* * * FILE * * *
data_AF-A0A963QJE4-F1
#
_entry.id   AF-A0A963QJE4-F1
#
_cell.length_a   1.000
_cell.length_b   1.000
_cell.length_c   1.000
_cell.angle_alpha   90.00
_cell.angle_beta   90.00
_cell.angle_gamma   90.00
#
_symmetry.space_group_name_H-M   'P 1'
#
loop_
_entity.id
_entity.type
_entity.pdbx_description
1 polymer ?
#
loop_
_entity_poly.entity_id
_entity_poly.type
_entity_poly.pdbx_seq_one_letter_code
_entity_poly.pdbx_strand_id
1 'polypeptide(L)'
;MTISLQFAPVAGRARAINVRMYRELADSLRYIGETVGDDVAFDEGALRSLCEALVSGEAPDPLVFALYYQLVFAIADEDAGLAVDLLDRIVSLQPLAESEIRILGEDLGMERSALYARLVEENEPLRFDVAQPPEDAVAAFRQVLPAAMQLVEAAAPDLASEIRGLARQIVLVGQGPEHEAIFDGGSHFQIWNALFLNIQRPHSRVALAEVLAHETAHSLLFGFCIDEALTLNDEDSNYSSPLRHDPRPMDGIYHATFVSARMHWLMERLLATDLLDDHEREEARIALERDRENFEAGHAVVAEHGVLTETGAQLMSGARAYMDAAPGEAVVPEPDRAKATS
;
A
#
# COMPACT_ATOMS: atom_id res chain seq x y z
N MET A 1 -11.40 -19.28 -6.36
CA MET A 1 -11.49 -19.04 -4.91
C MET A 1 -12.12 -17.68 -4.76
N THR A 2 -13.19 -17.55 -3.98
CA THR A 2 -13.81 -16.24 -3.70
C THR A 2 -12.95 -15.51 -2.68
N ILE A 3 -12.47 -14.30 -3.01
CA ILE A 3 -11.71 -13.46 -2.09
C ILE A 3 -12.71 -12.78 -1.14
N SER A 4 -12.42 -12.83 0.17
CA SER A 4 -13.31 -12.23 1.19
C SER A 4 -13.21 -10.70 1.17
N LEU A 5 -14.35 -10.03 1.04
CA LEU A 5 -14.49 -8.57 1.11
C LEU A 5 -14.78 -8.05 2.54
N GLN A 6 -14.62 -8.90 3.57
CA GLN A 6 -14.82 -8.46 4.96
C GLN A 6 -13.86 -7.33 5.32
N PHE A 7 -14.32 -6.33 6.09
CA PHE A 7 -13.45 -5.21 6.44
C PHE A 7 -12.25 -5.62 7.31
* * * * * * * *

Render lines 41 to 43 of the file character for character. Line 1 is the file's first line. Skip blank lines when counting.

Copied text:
CA SER A 4 -13.31 -12.23 1.19
C SER A 4 -13.21 -10.70 1.17
N LEU A 5 -14.35 -10.03 1.04